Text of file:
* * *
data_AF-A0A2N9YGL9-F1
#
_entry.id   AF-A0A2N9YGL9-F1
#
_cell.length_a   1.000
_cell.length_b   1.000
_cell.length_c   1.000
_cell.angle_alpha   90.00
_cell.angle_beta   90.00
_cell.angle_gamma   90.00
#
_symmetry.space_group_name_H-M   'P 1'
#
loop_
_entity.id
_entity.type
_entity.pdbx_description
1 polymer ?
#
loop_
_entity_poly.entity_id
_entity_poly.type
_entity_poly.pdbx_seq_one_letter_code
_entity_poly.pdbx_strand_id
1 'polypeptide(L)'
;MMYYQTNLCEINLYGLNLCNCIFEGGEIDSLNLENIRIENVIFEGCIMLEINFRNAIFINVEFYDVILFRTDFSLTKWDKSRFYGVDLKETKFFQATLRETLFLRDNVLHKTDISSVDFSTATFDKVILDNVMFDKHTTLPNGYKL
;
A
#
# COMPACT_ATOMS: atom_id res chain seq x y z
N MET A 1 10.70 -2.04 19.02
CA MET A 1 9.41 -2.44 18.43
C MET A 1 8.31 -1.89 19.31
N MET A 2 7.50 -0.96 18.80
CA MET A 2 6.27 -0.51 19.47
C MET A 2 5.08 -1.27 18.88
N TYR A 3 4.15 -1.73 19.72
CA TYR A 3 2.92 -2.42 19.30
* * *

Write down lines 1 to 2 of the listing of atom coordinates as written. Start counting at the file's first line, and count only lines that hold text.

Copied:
data_AF-A0A2N9YGL9-F1
#